Boyd prepares for life after footy during shutdown
Broncos veteran Darius Boyd is at peace with the possibility of his NRL career being over and will shift his focus to helping society confront the mental health impact of the coronavirus pandemic.
Boyd may have played his last game in the NRL following the indefinite suspension of the 2020 premiership amid the global health crisis.
Earlier this month, the 32-year-old former Brisbane Broncos captain announced he would retire from the NRL at season's end following a 15-year career.
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But there is a very real chance Boyd's last game was against South Sydney at an empty Suncorp Stadium last Friday night, such is the uncertainty surrounding the pandemic.
The NRL has flagged June 1 as the earliest possible resumption of the competition, but September looms as a more likely time frame and there are genuine fears it will not recommence at all in 2020.
With 319 NRL games next to his name and two premierships, Boyd said he was content with what he had achieved since debuting for the Broncos in 2006.
"It would be strange to finish this way but I'm positive about it," he told The Sunday Mail.
"I've played 300 games and done so many things in the game that I never thought possible.
"I announced my retirement because I was grateful and in a positive space. That won't really change.
"If I do miss out or don't play again I've played over 300 games.
"I'm a positive guy who has a lot of gratitude. When you look at people losing jobs and not being able to afford their next meal, I've got nothing to complain about."
Boyd debuted for the Broncos in 2006 as an 18-year-old and went on to play in the club's premiership-winning team later that year.
The 2006 triumph remains Brisbane's last NRL title, but Boyd added to his premiership tally at St George Illawarra in 2010, a grand final in which he was awarded the Clive Churchill Medal for best on ground.
He made 23 Test appearances for the Kangaroos and played 28 State of Origin games for Queensland throughout a decorated career.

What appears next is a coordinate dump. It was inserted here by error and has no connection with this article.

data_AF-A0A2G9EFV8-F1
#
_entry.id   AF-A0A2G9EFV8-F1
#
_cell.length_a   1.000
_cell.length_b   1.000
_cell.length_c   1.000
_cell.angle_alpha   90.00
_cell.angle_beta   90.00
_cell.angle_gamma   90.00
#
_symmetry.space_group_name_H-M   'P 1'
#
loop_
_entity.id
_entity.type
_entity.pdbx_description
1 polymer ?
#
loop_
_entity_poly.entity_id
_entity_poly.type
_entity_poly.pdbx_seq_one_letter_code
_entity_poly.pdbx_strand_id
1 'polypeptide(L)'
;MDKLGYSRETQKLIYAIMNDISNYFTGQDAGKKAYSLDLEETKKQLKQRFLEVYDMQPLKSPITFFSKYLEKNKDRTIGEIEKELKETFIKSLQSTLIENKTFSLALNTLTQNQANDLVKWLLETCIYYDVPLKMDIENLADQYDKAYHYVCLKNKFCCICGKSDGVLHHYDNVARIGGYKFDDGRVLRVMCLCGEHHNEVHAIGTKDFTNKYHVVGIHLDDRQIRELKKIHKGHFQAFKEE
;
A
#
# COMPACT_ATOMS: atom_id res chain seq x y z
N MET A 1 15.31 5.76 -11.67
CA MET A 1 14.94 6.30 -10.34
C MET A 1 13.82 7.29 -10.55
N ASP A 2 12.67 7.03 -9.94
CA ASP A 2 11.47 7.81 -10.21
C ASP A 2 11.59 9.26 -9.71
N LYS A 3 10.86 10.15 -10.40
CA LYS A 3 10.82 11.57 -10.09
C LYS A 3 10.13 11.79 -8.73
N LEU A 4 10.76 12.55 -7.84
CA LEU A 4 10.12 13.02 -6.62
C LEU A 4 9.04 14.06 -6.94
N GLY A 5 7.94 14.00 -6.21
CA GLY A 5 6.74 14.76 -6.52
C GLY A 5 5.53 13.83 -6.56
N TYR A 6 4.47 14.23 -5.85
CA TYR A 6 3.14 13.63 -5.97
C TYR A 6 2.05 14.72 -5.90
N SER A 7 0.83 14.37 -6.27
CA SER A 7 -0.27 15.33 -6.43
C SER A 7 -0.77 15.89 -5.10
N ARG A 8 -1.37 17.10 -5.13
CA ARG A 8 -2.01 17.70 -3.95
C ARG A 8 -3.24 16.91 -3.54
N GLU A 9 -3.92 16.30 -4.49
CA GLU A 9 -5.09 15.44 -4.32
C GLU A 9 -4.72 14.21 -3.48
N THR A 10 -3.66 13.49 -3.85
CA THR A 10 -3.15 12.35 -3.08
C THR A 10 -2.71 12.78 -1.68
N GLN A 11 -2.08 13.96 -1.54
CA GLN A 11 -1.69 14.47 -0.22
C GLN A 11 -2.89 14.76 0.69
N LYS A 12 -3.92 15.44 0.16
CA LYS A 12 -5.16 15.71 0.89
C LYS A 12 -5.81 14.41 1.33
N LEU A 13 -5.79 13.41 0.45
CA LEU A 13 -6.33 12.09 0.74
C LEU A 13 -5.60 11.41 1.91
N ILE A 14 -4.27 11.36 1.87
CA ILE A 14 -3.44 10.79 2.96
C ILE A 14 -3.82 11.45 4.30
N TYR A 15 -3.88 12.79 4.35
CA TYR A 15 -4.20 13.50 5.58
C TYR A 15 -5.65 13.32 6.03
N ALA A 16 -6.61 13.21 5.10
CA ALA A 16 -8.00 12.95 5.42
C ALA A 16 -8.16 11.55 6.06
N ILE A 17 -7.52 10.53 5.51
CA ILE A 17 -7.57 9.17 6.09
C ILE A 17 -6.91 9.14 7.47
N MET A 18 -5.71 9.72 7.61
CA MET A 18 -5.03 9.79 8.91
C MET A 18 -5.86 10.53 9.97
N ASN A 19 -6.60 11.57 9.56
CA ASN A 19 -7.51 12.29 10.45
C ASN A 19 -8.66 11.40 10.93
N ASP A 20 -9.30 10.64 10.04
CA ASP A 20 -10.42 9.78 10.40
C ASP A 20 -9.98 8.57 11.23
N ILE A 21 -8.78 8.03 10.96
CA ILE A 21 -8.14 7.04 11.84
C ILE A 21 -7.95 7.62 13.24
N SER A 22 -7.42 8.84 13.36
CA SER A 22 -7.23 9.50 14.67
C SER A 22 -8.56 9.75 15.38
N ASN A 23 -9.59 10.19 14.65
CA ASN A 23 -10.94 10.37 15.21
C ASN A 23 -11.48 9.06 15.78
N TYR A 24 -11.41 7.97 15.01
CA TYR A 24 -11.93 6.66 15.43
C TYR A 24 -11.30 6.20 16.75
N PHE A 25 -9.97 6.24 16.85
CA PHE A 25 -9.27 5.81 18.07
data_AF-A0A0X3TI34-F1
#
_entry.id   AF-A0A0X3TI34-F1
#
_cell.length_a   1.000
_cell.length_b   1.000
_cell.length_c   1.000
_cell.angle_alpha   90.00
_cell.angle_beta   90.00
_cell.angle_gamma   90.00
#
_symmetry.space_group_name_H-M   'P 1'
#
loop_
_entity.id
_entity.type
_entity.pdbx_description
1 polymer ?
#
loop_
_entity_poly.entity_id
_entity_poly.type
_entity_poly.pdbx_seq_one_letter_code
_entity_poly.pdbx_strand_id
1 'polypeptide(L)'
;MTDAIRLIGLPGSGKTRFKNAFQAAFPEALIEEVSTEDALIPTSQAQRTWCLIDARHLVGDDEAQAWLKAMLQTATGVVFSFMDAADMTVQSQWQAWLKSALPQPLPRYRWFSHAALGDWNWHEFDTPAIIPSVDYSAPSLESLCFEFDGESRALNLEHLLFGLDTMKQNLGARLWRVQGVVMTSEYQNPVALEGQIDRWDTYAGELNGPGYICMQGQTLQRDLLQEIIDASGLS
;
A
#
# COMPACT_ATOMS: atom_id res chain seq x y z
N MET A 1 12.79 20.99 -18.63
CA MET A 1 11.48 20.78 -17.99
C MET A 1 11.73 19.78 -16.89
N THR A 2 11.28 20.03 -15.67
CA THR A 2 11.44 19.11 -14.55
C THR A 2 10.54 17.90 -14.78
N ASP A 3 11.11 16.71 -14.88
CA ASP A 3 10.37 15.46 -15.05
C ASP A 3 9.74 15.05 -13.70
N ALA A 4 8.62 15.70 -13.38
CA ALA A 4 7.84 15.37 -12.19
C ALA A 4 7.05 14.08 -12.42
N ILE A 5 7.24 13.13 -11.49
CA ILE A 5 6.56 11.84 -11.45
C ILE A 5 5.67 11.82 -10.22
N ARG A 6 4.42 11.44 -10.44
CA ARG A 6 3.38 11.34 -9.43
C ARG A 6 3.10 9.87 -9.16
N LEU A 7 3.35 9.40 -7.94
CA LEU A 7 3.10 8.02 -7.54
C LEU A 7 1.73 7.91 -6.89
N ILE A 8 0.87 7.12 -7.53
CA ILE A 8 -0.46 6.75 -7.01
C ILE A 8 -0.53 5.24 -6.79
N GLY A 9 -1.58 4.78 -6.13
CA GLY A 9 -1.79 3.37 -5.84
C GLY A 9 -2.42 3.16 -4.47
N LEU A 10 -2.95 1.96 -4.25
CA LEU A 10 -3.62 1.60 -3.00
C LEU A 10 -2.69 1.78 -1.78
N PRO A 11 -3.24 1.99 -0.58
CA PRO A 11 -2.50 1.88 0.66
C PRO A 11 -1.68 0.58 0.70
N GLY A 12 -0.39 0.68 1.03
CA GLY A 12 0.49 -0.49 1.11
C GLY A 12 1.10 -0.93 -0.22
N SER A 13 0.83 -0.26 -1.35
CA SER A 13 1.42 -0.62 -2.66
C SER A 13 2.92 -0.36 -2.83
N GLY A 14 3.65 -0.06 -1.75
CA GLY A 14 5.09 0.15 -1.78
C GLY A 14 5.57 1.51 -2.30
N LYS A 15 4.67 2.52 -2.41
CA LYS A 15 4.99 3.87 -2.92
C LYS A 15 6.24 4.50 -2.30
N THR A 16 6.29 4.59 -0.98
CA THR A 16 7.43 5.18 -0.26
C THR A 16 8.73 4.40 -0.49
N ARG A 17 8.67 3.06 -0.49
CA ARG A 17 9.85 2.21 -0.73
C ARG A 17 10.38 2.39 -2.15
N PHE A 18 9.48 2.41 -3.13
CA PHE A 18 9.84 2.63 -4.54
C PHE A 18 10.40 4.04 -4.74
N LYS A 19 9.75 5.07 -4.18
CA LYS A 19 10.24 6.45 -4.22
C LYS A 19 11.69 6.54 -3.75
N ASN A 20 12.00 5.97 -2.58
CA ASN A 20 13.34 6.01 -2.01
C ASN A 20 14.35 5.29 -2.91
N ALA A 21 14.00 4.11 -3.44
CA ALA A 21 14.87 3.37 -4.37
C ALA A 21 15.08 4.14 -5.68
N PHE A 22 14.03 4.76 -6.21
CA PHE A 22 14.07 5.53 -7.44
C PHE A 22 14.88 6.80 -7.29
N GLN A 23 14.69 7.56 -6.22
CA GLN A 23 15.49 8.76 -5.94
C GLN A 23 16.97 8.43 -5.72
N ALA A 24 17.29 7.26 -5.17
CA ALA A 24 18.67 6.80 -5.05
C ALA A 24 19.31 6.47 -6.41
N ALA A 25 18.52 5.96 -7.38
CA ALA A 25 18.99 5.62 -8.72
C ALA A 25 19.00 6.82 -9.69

Boyd was planning to enjoy a retirement holiday in October this year, but there is a chance the NRL could play until December if it recommences.
Boyd said he was happy to play for as long as required in his final season and whichever club won this year's premiership would be remembered as a unique champion.
"This is my last year so I'm happy to play whenever - I'll never be playing again," he said.
"It will mean more (to win the 2020 premiership than a normal season), going through such a tough time.
"Through tough times sport can really bring society together and be really special.
"If we can get the game going when it's safe and healthy to do so, the game will thrive because it means so much to society in general."
Boyd overcame numerous personal hurdles to become one of the NRL's most-capped players ever.
Part of his battle was dealing with mental health issues and a form of depression which saw him take a break from the NRL in 2014 while at Newcastle and relaunch his career the following year at the Broncos.
Boyd has since become an ambassador for the NRL's State of Mind campaign and plans to work in the mental health space post-football.
The COVID-19 pandemic has had widespread ramifications across the world, severely impacting economies and forcing people to self-isolate to stop the spread of the virus.
In the rugby league sphere, the game is facing the biggest financial crisis in its 112-year history and Boyd said he wanted to help those facing battles of their own.
"I've been working on life-after-footy stuff and a lot of it will be in the mental health space which is something I'm passionate about," he said.
"It's going to be needed more than ever after 2020 as a whole.
"The economy is going to be struggling, jobs will be down, it will take a while to get back to where we were before. There is going to need to be a lot of support.
"Some people are one massive hardship away from a mental breakdown. Loss of job, finances are things that trigger those instances.
"I'm sure there's going to be a lot of people, not just in football, that need love, support and help through really tough times.
"We're reaching out and asking people if they're okay. We have to lean on that and need it more than ever with so many jobs lost and the economy taking a huge hit."
Boyd said he would continue to train at home during the indefinite break in the hope the NRL season recommences.
Originally published as Boyd prepares for life after footy during shutdown